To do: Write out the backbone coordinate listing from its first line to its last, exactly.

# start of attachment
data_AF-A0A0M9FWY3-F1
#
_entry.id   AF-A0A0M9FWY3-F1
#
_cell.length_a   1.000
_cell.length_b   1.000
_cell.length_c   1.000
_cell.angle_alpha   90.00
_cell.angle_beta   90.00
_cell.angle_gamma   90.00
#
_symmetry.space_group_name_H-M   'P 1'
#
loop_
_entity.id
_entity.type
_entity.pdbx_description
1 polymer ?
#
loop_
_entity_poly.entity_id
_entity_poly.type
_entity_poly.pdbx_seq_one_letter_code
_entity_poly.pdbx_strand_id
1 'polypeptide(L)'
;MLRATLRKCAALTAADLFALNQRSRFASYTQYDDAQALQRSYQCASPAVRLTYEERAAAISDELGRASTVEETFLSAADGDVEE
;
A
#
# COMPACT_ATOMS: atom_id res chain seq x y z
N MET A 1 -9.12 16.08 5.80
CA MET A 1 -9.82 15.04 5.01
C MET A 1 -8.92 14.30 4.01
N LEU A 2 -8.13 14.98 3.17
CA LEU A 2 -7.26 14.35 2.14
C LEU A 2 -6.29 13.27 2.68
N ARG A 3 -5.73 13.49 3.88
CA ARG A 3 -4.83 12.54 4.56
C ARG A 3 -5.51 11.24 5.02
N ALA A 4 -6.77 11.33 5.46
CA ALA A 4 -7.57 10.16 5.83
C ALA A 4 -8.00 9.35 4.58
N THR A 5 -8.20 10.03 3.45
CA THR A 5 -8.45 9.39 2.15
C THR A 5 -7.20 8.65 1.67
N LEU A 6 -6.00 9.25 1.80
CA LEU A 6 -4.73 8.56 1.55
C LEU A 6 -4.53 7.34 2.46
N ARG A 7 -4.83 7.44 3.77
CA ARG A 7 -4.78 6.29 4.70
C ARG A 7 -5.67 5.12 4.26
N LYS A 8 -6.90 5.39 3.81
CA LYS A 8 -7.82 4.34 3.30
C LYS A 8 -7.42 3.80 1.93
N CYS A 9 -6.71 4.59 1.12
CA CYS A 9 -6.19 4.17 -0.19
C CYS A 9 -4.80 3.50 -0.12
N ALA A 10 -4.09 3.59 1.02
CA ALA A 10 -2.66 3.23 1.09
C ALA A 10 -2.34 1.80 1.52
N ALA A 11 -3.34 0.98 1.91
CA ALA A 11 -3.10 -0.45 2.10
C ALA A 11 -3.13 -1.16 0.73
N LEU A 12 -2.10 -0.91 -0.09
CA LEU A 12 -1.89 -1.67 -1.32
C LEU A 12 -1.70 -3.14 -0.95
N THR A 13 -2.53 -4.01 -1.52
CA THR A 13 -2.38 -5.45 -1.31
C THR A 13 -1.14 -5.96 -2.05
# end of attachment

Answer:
data_AF-A0A0M9FWY3-F1
#
_entry.id   AF-A0A0M9FWY3-F1
#
_cell.length_a   1.000
_cell.length_b   1.000
_cell.length_c   1.000
_cell.angle_alpha   90.00
_cell.angle_beta   90.00
_cell.angle_gamma   90.00
#
_symmetry.space_group_name_H-M   'P 1'
#
loop_
_entity.id
_entity.type
_entity.pdbx_description
1 polymer ?
#
loop_
_entity_poly.entity_id
_entity_poly.type
_entity_poly.pdbx_seq_one_letter_code
_entity_poly.pdbx_strand_id
1 'polypeptide(L)'
;MLRATLRKCAALTAADLFALNQRSRFASYTQYDDAQALQRSYQCASPAVRLTYEERAAAISDELGRASTVEETFLSAADGDVEE
;
A
#
# COMPACT_ATOMS: atom_id res chain seq x y z
N MET A 1 -9.12 16.08 5.80
CA MET A 1 -9.82 15.04 5.01
C MET A 1 -8.92 14.30 4.01
N LEU A 2 -8.13 14.98 3.17
CA LEU A 2 -7.26 14.35 2.14
C LEU A 2 -6.29 13.27 2.68
N ARG A 3 -5.73 13.49 3.88
CA ARG A 3 -4.83 12.54 4.56
C ARG A 3 -5.51 11.24 5.02
N ALA A 4 -6.77 11.33 5.46
CA ALA A 4 -7.57 10.16 5.83
C ALA A 4 -8.00 9.35 4.58
N THR A 5 -8.20 10.03 3.45
CA THR A 5 -8.45 9.39 2.15
C THR A 5 -7.20 8.65 1.67
N LEU A 6 -6.00 9.25 1.80
CA LEU A 6 -4.73 8.56 1.55
C LEU A 6 -4.53 7.34 2.46
N ARG A 7 -4.83 7.44 3.77
CA ARG A 7 -4.78 6.29 4.70
C ARG A 7 -5.67 5.12 4.26
N LYS A 8 -6.90 5.39 3.81
CA LYS A 8 -7.82 4.34 3.30
C LYS A 8 -7.42 3.80 1.93
N CYS A 9 -6.71 4.59 1.12
CA CYS A 9 -6.19 4.17 -0.19
C CYS A 9 -4.80 3.50 -0.12
N ALA A 10 -4.09 3.59 1.02
CA ALA A 10 -2.66 3.23 1.09
C ALA A 10 -2.34 1.80 1.52
N ALA A 11 -3.34 0.98 1.91
CA ALA A 11 -3.10 -0.45 2.10
C ALA A 11 -3.13 -1.16 0.73
N LEU A 12 -2.10 -0.91 -0.09
CA LEU A 12 -1.89 -1.67 -1.32
C LEU A 12 -1.70 -3.14 -0.95
N THR A 13 -2.53 -4.01 -1.52
CA THR A 13 -2.38 -5.45 -1.31
C THR A 13 -1.14 -5.96 -2.05